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I’ll admit it: walking into a gallery can be intimidating. It’s one thing entering a large public gallery like Vancouver’s, or even one on a smaller scale like the Contemporary Gallery where you can at least blend into a crowd - be it hundreds or even just a handful of gallery-goers. It is a whole other issue walking into a small gallery on a drizzly weekday afternoon only to find it empty aside from staff members, who shoot you a terse “hi” over their shoulder upon entry and then promptly go back to measuring something on a yet-to-befilled white wall. I went to Or Gallery to see Science Fiction 18: The Future From Memory, a show featuring works by Allison Hrabluik, Emma Kay and Elizabeth Zvonar. A fan of Zvonar’s collage works, I thought I’d pop around the corner after my day job to have a look. According to the Or Gallery website, Science Fiction 18: The Future from Memory is the “18th installment of roughly 88 science fiction-related exhibitions and projects produced by the Or Gallery over a 260-year period.”

Inside the gallery space, the idea of the future is imagined as dark; a dimmed room enhanced only by sparse grey light guides you through the works. Indeed, in order to ascertain detail in the dark the viewer is compelled to get up close with Zvonar’s collages. In Universal, a disembodied female arm with its graceful hand floats above a rainbow-coloured galaxy. Peering at it, with my face so close to the glass, the message seemed to be that you have to work for what you see - life doesn’t hand it to you so clearly in the future. Apparently there are no labels for art in the future either, which is either frustrating by art reviewer standards or telling of a future in which there are no certainties and where we all must fend for ourselves by Googling when we get home. There is a slight hum of noise that you hear in the gallery belonging to a piece by Allison Hrabluik. Her work is a video projection of two white flickering screens that shiver against the wall, with a hint of black gradient at the edges. Walking past this work your shadow immediately becomes a part of it and you are silhouetted against the wall.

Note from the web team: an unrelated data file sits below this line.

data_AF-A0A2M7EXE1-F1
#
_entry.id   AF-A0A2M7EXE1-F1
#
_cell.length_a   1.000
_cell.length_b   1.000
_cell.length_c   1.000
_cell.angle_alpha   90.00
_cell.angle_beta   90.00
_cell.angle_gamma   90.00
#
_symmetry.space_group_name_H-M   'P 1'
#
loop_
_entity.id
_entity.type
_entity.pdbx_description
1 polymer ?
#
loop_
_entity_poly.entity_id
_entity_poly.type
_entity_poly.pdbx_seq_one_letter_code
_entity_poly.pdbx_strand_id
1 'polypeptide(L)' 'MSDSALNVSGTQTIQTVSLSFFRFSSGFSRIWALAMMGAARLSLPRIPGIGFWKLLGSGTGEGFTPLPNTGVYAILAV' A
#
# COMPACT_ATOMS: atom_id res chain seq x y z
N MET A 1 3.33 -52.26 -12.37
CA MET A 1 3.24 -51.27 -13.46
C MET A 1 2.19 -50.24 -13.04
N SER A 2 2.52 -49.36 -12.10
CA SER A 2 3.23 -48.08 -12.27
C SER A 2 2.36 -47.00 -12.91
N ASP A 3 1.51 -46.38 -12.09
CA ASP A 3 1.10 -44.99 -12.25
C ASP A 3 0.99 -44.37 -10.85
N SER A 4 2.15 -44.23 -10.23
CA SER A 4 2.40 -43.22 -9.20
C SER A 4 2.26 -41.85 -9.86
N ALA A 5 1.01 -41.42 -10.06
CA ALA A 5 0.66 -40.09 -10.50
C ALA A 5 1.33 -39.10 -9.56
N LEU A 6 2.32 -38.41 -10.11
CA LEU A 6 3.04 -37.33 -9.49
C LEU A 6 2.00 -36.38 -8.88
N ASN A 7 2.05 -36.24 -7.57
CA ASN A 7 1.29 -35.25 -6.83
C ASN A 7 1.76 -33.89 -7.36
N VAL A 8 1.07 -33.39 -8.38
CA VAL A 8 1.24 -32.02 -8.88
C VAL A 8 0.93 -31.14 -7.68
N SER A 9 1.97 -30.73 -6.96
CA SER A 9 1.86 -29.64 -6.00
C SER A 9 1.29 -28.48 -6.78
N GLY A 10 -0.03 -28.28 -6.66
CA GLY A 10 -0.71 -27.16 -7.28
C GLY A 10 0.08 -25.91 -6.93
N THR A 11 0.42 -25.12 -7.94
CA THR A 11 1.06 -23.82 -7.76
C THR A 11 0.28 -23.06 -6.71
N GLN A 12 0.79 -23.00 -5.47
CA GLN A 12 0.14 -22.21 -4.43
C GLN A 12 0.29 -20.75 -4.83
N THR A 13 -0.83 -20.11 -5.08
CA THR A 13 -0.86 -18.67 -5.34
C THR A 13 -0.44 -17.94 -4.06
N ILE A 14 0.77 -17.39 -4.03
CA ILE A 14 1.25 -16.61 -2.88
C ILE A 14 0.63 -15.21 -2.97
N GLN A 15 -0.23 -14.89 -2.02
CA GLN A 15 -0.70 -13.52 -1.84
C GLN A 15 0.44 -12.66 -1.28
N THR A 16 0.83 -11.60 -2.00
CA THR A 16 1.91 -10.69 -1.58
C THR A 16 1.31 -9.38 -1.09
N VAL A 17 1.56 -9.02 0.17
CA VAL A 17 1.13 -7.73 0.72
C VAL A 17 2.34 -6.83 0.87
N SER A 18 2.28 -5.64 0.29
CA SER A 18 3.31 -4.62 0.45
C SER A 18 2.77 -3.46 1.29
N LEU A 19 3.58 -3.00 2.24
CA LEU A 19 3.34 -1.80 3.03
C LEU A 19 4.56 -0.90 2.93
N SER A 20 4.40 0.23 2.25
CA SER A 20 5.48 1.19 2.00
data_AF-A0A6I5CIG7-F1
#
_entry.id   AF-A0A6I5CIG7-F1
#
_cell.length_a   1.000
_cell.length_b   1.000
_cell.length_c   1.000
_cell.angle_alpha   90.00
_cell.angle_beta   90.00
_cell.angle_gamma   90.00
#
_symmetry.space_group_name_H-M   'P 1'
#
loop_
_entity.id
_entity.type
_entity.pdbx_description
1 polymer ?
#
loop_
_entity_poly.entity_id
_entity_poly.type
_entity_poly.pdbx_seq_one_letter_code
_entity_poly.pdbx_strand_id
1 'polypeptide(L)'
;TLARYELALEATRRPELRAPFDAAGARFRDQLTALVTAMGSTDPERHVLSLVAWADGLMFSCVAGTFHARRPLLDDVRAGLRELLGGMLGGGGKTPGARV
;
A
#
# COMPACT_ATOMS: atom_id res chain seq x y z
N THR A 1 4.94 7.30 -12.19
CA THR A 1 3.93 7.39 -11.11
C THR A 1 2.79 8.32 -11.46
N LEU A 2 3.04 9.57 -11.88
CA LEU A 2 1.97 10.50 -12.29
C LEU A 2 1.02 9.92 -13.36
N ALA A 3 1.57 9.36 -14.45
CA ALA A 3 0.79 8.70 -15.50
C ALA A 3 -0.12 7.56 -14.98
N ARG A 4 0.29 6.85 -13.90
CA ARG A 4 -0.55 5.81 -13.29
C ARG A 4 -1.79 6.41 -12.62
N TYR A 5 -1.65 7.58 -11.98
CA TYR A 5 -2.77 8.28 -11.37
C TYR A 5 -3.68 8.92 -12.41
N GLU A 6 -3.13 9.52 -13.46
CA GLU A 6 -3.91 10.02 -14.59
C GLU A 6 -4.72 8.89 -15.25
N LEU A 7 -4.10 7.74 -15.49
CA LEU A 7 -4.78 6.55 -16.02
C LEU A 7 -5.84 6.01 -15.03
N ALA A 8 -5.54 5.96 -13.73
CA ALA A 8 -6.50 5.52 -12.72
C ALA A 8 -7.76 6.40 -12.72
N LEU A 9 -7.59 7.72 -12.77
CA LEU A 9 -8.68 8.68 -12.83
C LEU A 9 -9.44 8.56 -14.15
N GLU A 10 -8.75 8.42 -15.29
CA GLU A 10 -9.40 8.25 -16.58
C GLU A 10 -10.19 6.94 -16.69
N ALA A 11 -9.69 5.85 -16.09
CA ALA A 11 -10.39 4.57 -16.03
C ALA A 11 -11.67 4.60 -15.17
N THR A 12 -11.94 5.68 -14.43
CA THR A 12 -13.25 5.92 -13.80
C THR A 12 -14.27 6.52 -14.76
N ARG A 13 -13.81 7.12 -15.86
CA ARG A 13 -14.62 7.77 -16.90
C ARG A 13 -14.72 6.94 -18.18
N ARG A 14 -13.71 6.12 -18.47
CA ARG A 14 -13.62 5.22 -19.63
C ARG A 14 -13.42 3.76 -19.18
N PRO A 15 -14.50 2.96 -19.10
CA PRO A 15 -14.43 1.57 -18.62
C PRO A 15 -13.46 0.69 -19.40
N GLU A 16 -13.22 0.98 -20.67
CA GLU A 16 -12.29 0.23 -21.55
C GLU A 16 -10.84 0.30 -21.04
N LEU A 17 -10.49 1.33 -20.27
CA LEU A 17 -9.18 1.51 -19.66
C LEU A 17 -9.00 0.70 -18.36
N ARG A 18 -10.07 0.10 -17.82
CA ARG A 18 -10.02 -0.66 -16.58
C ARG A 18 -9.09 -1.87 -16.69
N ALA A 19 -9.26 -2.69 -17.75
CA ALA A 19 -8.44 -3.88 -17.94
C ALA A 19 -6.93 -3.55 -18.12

It is hypnotic seeing yourself lit up and exposed against her piece but the quivering light and unpredictable nature of the work is an anxious experience. Hrabluik’s work acknowledges the uneasiness of not knowing what is to come, with a struggle between light and dark and with all of those who come close to her work becoming a part of it. Emma Kay’s work seems to reinforce the uncertainty of the future. The Future From Memory is a video work projected against another wall in the gallery and scrolls along quickly upwards in the same manner as Star Wars movie introductions. Simple black text sentences appear against a white background at the bottom of the screen and then move upwards, growing into paragraphs, then becoming smaller and fading away. Her art deals with individual memory versus official information: the text on the screen is Kay’s own memory of various sources, from scientific to spiritual, and their theories of the future. Filtered through her own mind the text seems disjointed, and when you are at the point of nearly figuring out an idea